Race-werks used to be the only place to get Moonflex in the US but Artech now has them and everything they have is slightly cheaper then Race-werks.
post #10 of 22
Quote:
Originally Posted by Alaska Mike
I won't dispute that I've paid too much. It's a hazard of being a gear whore...
Yes, I know ...I've encountered the same hazard
post #11 of 22
Quote:
Originally Posted by Scalce
I have too much tuning stuff to list.
Race-werks used to be the only place to get Moonflex in the US but Artech now has them and everything they have is slightly cheaper then Race-werks.
R-W's catalog seems somewhat smaller than in previous years. ?

Has anyone built their own hotbox? If so, what did you use for heater and controls?
post #12 of 22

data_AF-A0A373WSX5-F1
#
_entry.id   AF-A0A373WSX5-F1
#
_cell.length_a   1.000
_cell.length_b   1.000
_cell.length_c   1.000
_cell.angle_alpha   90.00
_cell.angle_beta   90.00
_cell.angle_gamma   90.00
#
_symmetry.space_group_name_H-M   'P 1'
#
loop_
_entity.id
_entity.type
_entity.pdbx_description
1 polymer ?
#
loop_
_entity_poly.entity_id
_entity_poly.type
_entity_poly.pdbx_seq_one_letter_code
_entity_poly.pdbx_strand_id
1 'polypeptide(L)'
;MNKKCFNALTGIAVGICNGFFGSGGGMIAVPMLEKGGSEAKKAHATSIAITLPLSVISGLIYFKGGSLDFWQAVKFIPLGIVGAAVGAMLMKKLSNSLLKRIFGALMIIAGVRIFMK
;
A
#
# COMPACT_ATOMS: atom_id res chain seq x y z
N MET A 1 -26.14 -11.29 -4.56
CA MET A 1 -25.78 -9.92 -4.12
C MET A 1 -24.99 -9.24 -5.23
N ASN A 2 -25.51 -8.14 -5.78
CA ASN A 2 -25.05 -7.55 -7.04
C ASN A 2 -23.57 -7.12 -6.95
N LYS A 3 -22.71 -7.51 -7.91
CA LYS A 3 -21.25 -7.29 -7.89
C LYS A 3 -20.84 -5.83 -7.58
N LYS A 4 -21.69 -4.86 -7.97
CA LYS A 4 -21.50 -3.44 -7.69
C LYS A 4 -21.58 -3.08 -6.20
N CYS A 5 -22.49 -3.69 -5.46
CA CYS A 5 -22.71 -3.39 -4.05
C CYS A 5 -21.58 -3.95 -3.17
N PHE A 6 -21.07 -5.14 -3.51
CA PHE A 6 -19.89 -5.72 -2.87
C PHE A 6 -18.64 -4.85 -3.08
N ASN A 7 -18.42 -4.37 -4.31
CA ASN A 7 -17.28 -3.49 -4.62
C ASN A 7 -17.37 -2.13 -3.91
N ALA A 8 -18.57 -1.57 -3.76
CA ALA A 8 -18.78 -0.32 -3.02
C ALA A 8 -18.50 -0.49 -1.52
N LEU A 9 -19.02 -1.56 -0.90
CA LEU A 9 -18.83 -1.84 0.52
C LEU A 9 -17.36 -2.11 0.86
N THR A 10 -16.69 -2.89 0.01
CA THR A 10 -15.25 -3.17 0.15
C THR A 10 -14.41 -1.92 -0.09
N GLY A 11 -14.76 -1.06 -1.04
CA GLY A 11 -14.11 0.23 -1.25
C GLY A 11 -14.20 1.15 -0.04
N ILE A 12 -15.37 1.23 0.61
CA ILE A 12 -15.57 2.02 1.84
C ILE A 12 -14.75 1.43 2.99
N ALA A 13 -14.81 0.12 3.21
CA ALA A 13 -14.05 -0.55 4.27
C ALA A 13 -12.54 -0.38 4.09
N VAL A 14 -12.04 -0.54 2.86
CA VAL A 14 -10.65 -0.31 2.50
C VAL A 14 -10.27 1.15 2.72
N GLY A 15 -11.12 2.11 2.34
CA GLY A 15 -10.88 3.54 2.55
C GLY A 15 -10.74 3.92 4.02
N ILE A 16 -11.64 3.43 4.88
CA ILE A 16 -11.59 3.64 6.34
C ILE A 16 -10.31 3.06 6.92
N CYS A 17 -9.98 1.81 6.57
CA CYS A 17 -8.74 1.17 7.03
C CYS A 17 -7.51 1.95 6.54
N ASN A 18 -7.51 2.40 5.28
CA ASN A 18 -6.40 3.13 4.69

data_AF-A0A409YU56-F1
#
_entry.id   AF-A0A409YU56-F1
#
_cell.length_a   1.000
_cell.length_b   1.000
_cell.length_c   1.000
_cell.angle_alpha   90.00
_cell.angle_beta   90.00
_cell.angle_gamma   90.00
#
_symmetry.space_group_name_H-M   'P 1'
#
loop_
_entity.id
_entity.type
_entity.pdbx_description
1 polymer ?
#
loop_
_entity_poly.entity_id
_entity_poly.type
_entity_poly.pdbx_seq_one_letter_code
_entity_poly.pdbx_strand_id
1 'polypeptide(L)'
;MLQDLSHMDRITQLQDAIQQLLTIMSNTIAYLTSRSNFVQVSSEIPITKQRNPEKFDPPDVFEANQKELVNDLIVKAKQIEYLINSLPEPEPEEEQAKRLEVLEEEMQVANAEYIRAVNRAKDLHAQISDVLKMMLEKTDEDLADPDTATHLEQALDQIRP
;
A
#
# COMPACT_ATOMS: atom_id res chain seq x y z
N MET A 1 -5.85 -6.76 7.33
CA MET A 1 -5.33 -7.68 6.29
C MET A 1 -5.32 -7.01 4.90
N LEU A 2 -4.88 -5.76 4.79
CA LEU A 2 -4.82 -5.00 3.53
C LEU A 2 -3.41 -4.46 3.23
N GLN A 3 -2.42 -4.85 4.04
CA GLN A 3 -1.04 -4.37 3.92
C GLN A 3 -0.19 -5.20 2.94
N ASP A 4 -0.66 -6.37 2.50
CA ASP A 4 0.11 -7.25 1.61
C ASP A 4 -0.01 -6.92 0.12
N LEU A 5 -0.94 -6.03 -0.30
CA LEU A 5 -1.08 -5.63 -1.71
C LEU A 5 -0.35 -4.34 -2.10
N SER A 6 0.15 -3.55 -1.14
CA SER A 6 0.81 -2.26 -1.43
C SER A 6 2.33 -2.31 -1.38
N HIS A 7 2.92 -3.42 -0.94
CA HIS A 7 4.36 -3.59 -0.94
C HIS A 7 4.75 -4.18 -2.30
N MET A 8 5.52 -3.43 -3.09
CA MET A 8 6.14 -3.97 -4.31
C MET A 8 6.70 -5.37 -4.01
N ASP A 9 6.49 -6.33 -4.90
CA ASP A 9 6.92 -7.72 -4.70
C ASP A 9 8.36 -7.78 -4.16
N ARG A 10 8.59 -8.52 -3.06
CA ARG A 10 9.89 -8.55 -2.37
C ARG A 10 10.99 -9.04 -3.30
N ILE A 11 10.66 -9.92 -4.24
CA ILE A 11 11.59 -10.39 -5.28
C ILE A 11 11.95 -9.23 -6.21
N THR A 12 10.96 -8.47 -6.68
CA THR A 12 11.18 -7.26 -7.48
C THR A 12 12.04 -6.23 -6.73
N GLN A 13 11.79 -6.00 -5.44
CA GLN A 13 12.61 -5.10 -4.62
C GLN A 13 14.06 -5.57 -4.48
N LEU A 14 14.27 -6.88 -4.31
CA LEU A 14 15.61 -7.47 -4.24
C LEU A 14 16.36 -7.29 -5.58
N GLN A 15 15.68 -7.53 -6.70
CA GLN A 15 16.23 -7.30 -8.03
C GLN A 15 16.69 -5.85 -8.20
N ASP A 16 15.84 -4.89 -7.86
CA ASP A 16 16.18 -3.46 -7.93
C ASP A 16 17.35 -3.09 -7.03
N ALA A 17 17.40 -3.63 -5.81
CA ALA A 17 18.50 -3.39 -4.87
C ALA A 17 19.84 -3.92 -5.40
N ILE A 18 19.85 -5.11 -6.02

It's simple. Moonflex stones, Dominator Hyper Zoom wax, SVST edge guide, Red Creek Roto Brushes.
post #13 of 22
My Montana GM-U.
post #14 of 22
Phil's got me beat. Then again, he did get a screaming deal.
post #15 of 22
Quote:
Originally Posted by bolide
Has anyone built their own hotbox? If so, what did you use for heater and controls?
What's a hotbox?
post #16 of 22
My tuning geer consists of a thin piece of plastic about 2"x 3" with 2 overlapping circles in the lower right corner and a bunch of raised numbers on it. It's amazing the job that little piece of plastic can do.
post #17 of 22
Quote:
Originally Posted by Scalce
What's a hotbox?
I believe there is an old "hot box" in the rental shop at the ski area I work at. It is not used anymore, it just sits there on the shelf. I hope they didn't throw it out last year when they cleaned up. If I can get my hands on it I will. If I do it may just go to one lucky person here.

I added a picture below, is this what you are talking about? We used to call it the hot box.